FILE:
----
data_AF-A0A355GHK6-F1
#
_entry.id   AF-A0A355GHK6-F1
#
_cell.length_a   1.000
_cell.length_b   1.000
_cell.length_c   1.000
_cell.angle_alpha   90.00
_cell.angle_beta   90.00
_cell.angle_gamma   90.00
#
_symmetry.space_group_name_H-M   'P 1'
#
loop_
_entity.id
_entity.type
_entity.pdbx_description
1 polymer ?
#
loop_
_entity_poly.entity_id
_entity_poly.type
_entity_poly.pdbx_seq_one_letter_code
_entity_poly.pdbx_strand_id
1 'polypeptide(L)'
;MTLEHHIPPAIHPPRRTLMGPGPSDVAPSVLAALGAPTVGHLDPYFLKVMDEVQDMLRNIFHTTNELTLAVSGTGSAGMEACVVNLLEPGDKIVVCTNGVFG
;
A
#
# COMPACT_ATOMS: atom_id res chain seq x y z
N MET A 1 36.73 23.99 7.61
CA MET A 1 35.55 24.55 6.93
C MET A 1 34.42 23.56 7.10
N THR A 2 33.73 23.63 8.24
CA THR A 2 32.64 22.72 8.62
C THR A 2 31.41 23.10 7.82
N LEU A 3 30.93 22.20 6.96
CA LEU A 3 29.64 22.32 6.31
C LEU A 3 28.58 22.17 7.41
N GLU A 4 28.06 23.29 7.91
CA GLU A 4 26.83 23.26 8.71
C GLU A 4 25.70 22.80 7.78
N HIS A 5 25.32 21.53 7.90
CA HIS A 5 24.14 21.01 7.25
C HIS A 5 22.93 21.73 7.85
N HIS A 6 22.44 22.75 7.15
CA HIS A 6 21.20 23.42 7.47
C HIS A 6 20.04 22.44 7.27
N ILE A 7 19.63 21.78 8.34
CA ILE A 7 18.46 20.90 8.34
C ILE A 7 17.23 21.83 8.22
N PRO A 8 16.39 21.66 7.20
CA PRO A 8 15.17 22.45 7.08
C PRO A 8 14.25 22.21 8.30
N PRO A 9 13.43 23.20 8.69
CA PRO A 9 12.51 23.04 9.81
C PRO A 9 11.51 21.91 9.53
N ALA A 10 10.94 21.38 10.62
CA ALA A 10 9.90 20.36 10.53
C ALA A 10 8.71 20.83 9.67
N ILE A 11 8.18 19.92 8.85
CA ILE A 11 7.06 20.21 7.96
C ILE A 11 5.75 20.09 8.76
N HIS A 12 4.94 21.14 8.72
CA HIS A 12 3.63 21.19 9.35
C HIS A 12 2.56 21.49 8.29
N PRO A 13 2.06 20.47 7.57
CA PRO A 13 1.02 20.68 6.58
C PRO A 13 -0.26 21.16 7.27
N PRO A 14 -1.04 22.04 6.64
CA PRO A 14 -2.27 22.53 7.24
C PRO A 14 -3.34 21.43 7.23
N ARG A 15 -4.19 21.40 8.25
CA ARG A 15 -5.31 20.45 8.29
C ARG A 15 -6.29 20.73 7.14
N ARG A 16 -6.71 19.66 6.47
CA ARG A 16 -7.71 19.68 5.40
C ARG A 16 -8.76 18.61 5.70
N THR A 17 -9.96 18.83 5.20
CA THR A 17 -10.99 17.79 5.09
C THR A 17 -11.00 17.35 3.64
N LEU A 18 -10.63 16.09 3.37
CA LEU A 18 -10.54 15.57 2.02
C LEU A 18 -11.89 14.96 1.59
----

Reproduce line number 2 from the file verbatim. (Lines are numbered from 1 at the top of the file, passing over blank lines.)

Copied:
#